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Sunday Night -

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(generated from captions) Welcome to the program. Good evening. Sunday Night starts now. Don't try this at home. This man can fly like a bird. you have until you die. Life is just a bunch of experiences Insane. "oh, I'm too close". For a split second, I'm like, Australia's food allergy epidemic.

of the foods in the last 10 years. Potentially doubled for some and our children are suffering. It's out of control Now, the breakthrough. what grandma used to do. The basics, where everyone is allergy-free. The miracle island It's what you would expect That's what you would expect. designed for fighting parasites. Our immune system has been for fighting soap. It hasn't been designed every day Walking through a mine field hoping not to step on a mine. Monique Wright VOICEOVER: With Ross Coulthard, The money's gone. Just, poof! - gone. I... You have no authority in this area. We're walking in. Get nicked, you a---hole! What the hell has he got to hide? they'll be on. If you give them the money, Give people hope throwing more money at it. but don't just keep Hello, how are you? And, Whitney's triumph. about three years now. I started out on this journey the beatings - everything. How she survived the drugs, I don't feel like it's a comeback, I came back to sing. I just feel like with Jeb Corliss, But we begin tonight the bravest human alive - who could just be or maybe the craziest. who flies like a bird Jeb is the man have ever attempted. in a sport only an elite few wingsuit proximity flying. It's called the risks he takes, When you see what Jeb does, you'll be amazed. and jumps off tall buildings. Jeb flies down mountains that's not all. But as Ross Coulthart discovered, Now Jeb wants to be the first person without a parachute to fly, then land, or die trying. one man is legendary. Among this group, His name is Jeb Corliss. Do you feel fear? I mean, what I do is frightening. doing what I do, if, you are not scared psychological problems. then you've got some serious See ya! something special, something unique, in Malaysia on the top of the KL Tower

terrifying beauty of what he does. that I really appreciate the without feeling nauseous. I can't even look over that edge Yeah? from around the world Dozens of BASEjumpers this legal BASEjumping festival. come here every October for of his thousands of jumps, To Jeb, who's lost count this is just an average leap in your entire body is saying, Basically, every nerve ending "don't do this. "This is dangerous. is screaming at you "stop". You're whole body you just tell the fear "I'm done" At a certain point, and then you step off the cliff. It's a bloody long way down. She's done 5,500 skydives. from a building. This will be her first jump you're the woman who loves him. I mean, You get scared for him, don't you? a little bit, I get scared sometimes, to do it, so... but there is no way to stop him the same things and I would like to do when I want to do the same? so how do I tell him to don't do it Yes, I think so. So you're both crazy? Are your heart rates up at all? I feel pretty normal right now. Robert, how do you feel? I feeling fine. my mum is going to kill me. I'm dying, you are braver than me. Good luck, Roberta, Tres, duo, uno... thinking it's safe. Nobody gets into BASEjumping Yeah! Cheep, cheep, cheep, cheep! and stepdad. was breaking the news to his mum to fly down the Materhorn And I'm going to Switzerland in close proximity, like, you know, fly maybe five feet off the mountain the whole way down.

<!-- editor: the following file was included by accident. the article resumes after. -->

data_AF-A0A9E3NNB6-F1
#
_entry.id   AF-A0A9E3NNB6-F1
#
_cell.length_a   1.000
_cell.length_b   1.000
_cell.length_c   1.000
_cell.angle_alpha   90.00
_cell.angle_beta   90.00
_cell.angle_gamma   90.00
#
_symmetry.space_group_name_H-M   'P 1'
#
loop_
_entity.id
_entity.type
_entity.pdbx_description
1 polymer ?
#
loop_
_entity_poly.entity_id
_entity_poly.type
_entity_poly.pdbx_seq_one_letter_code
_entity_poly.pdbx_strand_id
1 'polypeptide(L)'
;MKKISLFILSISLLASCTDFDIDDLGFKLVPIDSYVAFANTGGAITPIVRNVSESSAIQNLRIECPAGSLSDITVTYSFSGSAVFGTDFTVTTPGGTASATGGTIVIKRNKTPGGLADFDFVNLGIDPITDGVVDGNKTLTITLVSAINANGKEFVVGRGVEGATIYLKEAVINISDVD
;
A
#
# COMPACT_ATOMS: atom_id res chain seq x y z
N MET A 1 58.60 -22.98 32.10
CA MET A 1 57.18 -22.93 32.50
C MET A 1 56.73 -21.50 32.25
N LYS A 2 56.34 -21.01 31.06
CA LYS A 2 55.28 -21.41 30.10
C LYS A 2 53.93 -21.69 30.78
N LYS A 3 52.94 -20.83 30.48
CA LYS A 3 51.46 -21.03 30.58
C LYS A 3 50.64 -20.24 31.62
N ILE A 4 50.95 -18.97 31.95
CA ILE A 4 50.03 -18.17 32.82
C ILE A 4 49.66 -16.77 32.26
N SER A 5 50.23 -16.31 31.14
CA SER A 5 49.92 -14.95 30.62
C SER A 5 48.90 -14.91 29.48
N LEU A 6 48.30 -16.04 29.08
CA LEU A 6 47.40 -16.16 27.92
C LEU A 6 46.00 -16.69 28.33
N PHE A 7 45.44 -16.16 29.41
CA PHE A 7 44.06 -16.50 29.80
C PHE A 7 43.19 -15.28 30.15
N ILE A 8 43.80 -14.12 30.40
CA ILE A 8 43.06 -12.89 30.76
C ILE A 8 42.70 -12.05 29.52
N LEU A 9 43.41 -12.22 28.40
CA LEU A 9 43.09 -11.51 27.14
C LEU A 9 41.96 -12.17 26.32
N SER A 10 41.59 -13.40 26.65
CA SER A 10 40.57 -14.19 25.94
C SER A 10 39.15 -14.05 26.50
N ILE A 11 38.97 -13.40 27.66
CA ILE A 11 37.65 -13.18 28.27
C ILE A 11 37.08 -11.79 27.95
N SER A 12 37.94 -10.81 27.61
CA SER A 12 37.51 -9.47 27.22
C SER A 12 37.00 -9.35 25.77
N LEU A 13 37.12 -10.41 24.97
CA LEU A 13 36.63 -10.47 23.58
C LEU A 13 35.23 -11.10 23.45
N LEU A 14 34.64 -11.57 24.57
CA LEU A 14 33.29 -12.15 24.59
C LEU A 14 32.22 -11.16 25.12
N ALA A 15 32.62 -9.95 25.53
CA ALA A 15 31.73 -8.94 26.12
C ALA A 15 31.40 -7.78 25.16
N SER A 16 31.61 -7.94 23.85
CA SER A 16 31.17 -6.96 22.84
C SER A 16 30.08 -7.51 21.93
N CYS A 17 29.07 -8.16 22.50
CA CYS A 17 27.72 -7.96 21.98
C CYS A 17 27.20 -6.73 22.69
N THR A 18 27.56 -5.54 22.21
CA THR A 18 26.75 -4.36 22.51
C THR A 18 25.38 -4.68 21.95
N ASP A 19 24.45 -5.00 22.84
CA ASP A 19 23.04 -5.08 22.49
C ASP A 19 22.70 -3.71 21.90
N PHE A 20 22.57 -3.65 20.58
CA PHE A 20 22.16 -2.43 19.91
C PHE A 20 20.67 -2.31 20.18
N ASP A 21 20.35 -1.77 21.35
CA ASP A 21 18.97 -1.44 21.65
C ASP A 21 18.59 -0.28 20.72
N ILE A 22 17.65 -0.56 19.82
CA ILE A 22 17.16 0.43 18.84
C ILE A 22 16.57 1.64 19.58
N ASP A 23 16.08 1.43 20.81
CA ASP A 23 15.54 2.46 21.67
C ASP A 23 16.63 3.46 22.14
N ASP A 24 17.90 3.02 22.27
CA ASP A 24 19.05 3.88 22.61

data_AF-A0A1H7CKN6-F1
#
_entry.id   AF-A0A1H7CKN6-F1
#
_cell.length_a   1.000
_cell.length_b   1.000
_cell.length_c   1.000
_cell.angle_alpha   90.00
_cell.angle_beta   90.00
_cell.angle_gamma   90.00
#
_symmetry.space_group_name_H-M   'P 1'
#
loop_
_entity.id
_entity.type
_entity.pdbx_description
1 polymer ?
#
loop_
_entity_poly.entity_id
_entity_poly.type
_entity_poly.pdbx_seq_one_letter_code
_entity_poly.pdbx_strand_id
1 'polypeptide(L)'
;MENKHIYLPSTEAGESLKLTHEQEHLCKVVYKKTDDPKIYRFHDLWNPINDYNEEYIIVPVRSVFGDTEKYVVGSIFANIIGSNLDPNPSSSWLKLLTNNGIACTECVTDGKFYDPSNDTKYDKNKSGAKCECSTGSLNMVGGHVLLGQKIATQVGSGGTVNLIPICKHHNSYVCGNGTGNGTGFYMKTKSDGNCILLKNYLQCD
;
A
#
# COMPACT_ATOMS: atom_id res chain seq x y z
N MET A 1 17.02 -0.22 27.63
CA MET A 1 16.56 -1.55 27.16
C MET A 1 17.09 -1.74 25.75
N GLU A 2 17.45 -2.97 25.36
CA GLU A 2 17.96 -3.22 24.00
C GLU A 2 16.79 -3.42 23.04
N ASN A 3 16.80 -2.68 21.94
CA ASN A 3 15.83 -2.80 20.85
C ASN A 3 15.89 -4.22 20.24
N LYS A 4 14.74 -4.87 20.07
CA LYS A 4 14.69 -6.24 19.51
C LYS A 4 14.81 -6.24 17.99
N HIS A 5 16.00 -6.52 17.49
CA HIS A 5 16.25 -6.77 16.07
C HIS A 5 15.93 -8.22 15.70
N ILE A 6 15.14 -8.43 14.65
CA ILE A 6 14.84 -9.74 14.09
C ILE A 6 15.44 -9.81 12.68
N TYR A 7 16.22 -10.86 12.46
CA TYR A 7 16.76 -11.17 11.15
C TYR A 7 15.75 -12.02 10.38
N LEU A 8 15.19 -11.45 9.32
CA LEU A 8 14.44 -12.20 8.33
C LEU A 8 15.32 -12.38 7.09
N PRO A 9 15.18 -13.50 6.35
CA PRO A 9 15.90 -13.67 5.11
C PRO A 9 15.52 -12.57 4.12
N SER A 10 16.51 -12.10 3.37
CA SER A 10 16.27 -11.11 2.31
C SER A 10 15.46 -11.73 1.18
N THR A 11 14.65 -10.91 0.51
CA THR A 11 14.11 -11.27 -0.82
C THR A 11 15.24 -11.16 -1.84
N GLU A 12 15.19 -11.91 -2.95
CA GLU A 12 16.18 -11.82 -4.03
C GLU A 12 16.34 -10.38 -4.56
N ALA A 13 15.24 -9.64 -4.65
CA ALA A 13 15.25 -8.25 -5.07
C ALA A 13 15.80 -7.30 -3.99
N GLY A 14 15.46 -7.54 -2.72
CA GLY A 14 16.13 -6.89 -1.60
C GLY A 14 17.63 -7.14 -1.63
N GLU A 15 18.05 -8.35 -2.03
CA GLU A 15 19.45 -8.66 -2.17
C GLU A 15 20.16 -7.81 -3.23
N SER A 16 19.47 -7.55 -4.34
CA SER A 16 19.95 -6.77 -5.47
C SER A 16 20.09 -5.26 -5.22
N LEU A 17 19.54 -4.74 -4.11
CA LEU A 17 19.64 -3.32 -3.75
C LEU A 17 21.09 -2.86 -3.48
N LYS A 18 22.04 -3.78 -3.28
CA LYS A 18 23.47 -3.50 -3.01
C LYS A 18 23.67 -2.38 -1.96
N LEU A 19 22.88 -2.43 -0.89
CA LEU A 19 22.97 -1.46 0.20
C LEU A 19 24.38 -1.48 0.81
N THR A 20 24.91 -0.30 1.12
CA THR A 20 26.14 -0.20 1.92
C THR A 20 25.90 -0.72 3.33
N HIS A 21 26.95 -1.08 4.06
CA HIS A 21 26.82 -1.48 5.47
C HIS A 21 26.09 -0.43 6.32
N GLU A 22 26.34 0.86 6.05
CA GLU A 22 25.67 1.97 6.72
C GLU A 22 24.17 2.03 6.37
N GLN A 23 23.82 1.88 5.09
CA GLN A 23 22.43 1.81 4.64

That's what we are doing. That concerns me. how well she would handle it. Your mother, I'm not sure I with cry and I will be sad. what he wanted to do. then he was doing and he was in his moment. He was succeeding and I say, "bravo". He was in his second on her face. Your mum's got this anguished look Yeah. to her little boy... She doesn't want to say No Yeah. she doesn't want you to do it. ..but you can see Of course. and help him! MAN: Get off from the camera is now badly broken. I think this bone isn't there? There's a bit of luck there, I'd be dead. If there was any luck involved, there's no luck involved at all. I mean, to be honest, by diving with man-eating sharks. In his downtime, Jeb relaxes You have no authority in this area.

Custard tart. (GRUNTS) I suppose (LAUGHS) I got an online savings account. Yeah, variable rate. 4.25% a year. It's me Bank. MAN: Yeah, so this is A variable rate of 4.25%. And there are no special which is always handy to know. This next story may make you angry - and $100 million wasted. a great opportunity lost A national scandal and so tragic.